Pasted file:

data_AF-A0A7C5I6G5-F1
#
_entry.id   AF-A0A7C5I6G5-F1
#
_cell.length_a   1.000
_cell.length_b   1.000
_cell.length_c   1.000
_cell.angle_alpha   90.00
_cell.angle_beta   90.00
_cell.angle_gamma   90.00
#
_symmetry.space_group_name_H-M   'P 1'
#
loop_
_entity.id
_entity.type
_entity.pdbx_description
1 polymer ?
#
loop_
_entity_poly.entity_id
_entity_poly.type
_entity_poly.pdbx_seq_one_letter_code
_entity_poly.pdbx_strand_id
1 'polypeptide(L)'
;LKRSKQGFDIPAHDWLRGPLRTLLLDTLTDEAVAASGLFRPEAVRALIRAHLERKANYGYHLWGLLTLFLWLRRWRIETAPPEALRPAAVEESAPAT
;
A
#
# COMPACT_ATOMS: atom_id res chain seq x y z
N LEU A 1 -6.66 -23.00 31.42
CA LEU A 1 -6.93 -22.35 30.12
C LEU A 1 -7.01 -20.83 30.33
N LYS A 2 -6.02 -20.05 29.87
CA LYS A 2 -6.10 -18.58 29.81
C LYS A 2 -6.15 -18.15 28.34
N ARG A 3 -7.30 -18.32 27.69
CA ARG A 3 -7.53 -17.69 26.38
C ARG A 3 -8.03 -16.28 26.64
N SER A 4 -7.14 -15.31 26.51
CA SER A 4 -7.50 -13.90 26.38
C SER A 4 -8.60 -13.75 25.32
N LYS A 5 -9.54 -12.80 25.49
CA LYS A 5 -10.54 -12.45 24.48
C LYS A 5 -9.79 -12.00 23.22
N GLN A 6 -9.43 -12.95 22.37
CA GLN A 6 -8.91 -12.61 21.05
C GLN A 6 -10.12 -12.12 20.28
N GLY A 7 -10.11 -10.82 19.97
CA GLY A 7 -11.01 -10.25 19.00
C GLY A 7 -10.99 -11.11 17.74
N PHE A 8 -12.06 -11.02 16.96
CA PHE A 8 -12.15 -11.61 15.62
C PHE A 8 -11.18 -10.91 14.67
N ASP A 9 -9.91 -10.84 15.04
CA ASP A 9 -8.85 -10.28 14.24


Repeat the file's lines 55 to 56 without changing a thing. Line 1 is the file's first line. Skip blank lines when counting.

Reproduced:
N ASP A 9 -9.91 -10.84 15.04
CA ASP A 9 -8.85 -10.28 14.24